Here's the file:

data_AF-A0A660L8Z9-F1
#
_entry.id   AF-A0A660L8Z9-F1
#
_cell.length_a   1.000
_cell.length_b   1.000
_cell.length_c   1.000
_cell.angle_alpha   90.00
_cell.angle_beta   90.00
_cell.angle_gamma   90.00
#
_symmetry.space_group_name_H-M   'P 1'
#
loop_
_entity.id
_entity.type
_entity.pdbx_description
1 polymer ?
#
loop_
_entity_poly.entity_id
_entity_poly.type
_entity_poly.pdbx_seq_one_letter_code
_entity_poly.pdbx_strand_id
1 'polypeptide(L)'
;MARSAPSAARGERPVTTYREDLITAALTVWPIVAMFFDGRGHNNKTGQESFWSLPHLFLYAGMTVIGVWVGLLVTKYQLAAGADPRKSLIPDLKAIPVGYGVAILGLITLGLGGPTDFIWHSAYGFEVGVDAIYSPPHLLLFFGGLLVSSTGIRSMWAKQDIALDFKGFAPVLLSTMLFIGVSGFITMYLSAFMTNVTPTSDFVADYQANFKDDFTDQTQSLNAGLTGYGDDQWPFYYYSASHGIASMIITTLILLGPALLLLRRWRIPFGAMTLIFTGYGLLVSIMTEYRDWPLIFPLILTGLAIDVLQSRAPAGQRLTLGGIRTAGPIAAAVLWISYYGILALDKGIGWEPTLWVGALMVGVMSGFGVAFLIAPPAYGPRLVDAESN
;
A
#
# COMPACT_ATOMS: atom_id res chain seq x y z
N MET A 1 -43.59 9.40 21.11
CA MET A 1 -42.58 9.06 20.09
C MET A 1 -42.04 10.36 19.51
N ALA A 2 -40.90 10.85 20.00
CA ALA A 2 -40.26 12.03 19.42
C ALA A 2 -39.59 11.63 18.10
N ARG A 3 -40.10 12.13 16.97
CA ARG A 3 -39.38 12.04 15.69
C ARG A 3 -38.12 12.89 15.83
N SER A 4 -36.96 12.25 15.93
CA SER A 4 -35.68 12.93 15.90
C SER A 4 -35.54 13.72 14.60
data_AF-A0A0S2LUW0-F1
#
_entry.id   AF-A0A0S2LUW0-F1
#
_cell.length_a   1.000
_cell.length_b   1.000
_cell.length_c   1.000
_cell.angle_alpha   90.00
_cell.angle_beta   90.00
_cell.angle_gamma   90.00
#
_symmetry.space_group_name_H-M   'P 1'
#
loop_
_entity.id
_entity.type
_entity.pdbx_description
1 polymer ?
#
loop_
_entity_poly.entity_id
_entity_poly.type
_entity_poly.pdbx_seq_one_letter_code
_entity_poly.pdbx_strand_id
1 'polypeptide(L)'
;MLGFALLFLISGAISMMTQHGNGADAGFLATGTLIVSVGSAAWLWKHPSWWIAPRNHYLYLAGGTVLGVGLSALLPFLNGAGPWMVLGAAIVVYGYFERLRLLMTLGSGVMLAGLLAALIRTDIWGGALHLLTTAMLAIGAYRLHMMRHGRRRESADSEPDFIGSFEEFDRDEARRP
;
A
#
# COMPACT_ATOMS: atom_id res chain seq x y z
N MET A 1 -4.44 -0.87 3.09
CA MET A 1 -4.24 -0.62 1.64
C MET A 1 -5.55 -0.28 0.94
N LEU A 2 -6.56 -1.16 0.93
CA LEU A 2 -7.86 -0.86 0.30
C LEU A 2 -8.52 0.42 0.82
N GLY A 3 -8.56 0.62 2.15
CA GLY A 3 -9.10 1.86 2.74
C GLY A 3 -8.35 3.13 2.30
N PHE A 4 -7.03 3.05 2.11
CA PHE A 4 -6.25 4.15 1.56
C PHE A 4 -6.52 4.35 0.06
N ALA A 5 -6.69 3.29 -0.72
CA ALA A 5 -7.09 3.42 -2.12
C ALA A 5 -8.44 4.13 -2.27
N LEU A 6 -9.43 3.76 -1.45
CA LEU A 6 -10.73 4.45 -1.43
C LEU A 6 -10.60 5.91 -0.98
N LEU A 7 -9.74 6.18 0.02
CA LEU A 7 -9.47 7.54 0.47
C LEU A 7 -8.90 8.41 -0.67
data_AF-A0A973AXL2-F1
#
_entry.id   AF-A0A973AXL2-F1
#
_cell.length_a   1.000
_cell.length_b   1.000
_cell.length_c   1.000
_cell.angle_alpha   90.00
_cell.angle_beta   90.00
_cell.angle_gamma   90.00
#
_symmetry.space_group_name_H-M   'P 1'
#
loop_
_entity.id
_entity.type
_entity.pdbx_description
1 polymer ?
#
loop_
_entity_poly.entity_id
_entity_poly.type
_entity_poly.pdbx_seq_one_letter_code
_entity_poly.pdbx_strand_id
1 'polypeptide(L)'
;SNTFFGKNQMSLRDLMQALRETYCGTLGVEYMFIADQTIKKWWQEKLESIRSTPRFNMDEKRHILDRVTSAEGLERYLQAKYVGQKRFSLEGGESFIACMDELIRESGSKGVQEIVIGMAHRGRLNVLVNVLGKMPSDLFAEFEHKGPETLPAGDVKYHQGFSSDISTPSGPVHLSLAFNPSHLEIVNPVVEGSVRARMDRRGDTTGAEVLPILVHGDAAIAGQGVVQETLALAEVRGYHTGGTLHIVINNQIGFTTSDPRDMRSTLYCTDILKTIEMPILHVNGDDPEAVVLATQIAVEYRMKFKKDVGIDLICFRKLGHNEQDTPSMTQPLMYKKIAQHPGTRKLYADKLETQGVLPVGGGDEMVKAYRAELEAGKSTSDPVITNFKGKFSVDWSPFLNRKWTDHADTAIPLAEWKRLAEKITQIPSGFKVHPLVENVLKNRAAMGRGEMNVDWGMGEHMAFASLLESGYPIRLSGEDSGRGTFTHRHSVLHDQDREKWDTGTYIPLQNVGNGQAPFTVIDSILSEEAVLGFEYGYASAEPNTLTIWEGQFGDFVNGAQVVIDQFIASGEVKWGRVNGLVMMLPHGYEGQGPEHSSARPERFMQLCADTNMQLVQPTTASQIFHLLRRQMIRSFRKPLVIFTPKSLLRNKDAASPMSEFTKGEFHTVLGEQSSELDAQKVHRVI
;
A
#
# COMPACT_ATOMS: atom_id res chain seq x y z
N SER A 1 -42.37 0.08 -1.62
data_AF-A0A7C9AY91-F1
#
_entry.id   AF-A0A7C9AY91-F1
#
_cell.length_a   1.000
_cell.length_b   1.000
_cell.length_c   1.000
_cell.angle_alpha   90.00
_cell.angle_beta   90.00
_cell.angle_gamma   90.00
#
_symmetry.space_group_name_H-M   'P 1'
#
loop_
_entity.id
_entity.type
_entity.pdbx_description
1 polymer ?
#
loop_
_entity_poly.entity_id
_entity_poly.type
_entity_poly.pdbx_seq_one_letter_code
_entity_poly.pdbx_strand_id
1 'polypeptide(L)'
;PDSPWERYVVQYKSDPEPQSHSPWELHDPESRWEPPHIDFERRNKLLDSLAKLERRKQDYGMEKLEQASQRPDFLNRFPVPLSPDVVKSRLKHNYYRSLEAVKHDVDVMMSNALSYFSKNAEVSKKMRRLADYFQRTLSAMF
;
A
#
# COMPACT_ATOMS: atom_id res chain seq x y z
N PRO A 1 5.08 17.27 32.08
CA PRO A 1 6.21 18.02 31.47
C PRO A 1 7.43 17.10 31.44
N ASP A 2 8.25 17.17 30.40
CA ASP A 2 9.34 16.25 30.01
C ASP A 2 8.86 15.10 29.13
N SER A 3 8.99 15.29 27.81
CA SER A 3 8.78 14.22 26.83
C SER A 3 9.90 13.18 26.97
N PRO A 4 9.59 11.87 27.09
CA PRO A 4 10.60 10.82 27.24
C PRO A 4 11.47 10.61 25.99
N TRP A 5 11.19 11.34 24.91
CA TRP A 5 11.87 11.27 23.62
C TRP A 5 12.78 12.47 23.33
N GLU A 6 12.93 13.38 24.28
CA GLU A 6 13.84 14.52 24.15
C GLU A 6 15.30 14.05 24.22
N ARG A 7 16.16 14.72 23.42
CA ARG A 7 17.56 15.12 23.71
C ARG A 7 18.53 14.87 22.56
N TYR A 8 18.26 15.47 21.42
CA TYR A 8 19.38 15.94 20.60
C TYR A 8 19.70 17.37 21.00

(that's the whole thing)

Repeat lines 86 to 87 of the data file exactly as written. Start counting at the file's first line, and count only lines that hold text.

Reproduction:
CA ALA A 5 -7.09 3.42 -2.12
C ALA A 5 -8.44 4.13 -2.27